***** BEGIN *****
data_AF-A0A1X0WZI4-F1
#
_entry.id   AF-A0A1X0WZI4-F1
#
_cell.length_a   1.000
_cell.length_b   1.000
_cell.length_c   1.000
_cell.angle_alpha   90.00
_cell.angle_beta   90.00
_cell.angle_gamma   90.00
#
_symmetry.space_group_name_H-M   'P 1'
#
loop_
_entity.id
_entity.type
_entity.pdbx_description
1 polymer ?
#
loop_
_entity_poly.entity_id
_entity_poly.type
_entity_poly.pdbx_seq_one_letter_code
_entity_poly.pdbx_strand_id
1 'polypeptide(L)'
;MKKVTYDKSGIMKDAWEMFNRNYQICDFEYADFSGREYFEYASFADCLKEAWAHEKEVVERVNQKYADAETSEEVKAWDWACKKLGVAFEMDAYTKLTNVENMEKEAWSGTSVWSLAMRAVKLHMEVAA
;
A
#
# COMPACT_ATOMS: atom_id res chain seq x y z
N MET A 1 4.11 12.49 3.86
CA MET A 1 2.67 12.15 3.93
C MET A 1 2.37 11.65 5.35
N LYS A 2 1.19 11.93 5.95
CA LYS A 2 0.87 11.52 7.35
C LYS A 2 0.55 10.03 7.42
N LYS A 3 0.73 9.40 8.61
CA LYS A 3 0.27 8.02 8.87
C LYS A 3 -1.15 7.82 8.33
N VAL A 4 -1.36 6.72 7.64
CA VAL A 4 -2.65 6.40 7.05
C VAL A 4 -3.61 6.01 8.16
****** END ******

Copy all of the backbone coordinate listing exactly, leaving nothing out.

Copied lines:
data_AF-A0A1X0WZI4-F1
#
_entry.id   AF-A0A1X0WZI4-F1
#
_cell.length_a   1.000
_cell.length_b   1.000
_cell.length_c   1.000
_cell.angle_alpha   90.00
_cell.angle_beta   90.00
_cell.angle_gamma   90.00
#
_symmetry.space_group_name_H-M   'P 1'
#
loop_
_entity.id
_entity.type
_entity.pdbx_description
1 polymer ?
#
loop_
_entity_poly.entity_id
_entity_poly.type
_entity_poly.pdbx_seq_one_letter_code
_entity_poly.pdbx_strand_id
1 'polypeptide(L)'
;MKKVTYDKSGIMKDAWEMFNRNYQICDFEYADFSGREYFEYASFADCLKEAWAHEKEVVERVNQKYADAETSEEVKAWDWACKKLGVAFEMDAYTKLTNVENMEKEAWSGTSVWSLAMRAVKLHMEVAA
;
A
#
# COMPACT_ATOMS: atom_id res chain seq x y z
N MET A 1 4.11 12.49 3.86
CA MET A 1 2.67 12.15 3.93
C MET A 1 2.37 11.65 5.35
N LYS A 2 1.19 11.93 5.95
CA LYS A 2 0.87 11.52 7.35
C LYS A 2 0.55 10.03 7.42
N LYS A 3 0.73 9.40 8.61
CA LYS A 3 0.27 8.02 8.87
C LYS A 3 -1.15 7.82 8.33
N VAL A 4 -1.36 6.72 7.64
CA VAL A 4 -2.65 6.40 7.05
C VAL A 4 -3.61 6.01 8.16